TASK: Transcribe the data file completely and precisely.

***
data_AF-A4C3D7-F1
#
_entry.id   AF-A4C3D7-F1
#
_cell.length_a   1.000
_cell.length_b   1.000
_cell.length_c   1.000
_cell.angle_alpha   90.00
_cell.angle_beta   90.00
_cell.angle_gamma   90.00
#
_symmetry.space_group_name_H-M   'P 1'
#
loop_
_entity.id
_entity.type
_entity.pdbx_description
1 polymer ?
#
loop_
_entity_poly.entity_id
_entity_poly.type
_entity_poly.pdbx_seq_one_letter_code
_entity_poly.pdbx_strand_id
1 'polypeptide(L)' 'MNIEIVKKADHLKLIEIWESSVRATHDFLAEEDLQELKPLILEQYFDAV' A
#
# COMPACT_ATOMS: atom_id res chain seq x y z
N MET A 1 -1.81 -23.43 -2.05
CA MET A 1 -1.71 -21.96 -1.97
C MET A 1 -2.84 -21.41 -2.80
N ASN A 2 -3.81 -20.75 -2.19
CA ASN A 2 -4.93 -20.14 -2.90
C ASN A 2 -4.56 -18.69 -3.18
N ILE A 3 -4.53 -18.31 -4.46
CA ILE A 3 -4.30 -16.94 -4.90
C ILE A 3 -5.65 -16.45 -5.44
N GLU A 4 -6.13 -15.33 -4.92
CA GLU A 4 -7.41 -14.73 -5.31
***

data_AF-A4C3D7-F1
#
_entry.id   AF-A4C3D7-F1
#
_cell.length_a   1.000
_cell.length_b   1.000
_cell.length_c   1.000
_cell.angle_alpha   90.00
_cell.angle_beta   90.00
_cell.angle_gamma   90.00
#
_symmetry.space_group_name_H-M   'P 1'
#
loop_
_entity.id
_entity.type
_entity.pdbx_description
1 polymer ?
#
loop_
_entity_poly.entity_id
_entity_poly.type
_entity_poly.pdbx_seq_one_letter_code
_entity_poly.pdbx_strand_id
1 'polypeptide(L)' 'MNIEIVKKADHLKLIEIWESSVRATHDFLAEEDLQELKPLILEQYFDAV' A
#
# COMPACT_ATOMS: atom_id res chain seq x y z
N MET A 1 -1.81 -23.43 -2.05
CA MET A 1 -1.71 -21.96 -1.97
C MET A 1 -2.84 -21.41 -2.80
N ASN A 2 -3.81 -20.75 -2.19
CA ASN A 2 -4.93 -20.14 -2.90
C ASN A 2 -4.56 -18.69 -3.18
N ILE A 3 -4.53 -18.31 -4.46
CA ILE A 3 -4.30 -16.94 -4.90
C ILE A 3 -5.65 -16.45 -5.44
N GLU A 4 -6.13 -15.33 -4.92
CA GLU A 4 -7.41 -14.73 -5.31